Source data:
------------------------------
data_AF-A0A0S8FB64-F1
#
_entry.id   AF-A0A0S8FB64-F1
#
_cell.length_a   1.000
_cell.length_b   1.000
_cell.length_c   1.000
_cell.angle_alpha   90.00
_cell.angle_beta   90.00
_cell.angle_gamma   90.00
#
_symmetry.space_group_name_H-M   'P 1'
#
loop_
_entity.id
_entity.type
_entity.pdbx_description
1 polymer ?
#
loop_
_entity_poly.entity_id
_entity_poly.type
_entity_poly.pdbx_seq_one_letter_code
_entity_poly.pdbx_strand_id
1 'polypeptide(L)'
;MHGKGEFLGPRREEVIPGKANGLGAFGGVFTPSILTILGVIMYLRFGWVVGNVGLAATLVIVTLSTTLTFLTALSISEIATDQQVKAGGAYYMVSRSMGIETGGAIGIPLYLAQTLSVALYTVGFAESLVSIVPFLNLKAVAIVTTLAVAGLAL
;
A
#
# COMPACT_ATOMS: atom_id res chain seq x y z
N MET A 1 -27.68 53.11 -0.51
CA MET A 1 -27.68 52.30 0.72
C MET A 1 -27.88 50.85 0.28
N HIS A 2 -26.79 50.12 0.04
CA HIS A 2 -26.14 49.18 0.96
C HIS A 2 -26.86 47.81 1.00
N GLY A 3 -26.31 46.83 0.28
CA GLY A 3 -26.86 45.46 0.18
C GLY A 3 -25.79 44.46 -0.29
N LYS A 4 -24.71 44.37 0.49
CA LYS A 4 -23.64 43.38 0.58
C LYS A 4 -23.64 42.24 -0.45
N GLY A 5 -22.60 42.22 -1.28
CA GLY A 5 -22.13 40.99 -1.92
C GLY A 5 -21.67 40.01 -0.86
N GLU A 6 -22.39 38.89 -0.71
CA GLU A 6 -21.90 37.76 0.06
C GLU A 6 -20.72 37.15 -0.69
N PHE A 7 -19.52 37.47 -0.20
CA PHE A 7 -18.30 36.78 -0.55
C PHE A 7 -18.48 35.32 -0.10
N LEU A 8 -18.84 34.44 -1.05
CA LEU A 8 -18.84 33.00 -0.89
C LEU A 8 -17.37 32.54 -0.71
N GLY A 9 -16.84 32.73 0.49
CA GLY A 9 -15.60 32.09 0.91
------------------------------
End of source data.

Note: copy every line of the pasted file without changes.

data_AF-A0A0S8FB64-F1
#
_entry.id   AF-A0A0S8FB64-F1
#
_cell.length_a   1.000
_cell.length_b   1.000
_cell.length_c   1.000
_cell.angle_alpha   90.00
_cell.angle_beta   90.00
_cell.angle_gamma   90.00
#
_symmetry.space_group_name_H-M   'P 1'
#
loop_
_entity.id
_entity.type
_entity.pdbx_description
1 polymer ?
#
loop_
_entity_poly.entity_id
_entity_poly.type
_entity_poly.pdbx_seq_one_letter_code
_entity_poly.pdbx_strand_id
1 'polypeptide(L)'
;MHGKGEFLGPRREEVIPGKANGLGAFGGVFTPSILTILGVIMYLRFGWVVGNVGLAATLVIVTLSTTLTFLTALSISEIATDQQVKAGGAYYMVSRSMGIETGGAIGIPLYLAQTLSVALYTVGFAESLVSIVPFLNLKAVAIVTTLAVAGLAL
;
A
#
# COMPACT_ATOMS: atom_id res chain seq x y z
N MET A 1 -27.68 53.11 -0.51
CA MET A 1 -27.68 52.30 0.72
C MET A 1 -27.88 50.85 0.28
N HIS A 2 -26.79 50.12 0.04
CA HIS A 2 -26.14 49.18 0.96
C HIS A 2 -26.86 47.81 1.00
N GLY A 3 -26.31 46.83 0.28
CA GLY A 3 -26.86 45.46 0.18
C GLY A 3 -25.79 44.46 -0.29
N LYS A 4 -24.71 44.37 0.49
CA LYS A 4 -23.64 43.38 0.58
C LYS A 4 -23.64 42.24 -0.45
N GLY A 5 -22.60 42.22 -1.28
CA GLY A 5 -22.13 40.99 -1.92
C GLY A 5 -21.67 40.01 -0.86
N GLU A 6 -22.39 38.89 -0.71
CA GLU A 6 -21.90 37.76 0.06
C GLU A 6 -20.72 37.15 -0.69
N PHE A 7 -19.52 37.47 -0.20
CA PHE A 7 -18.30 36.78 -0.55
C PHE A 7 -18.48 35.32 -0.10
N LEU A 8 -18.84 34.44 -1.05
CA LEU A 8 -18.84 33.00 -0.89
C LEU A 8 -17.37 32.54 -0.71
N GLY A 9 -16.84 32.73 0.49
CA GLY A 9 -15.60 32.09 0.91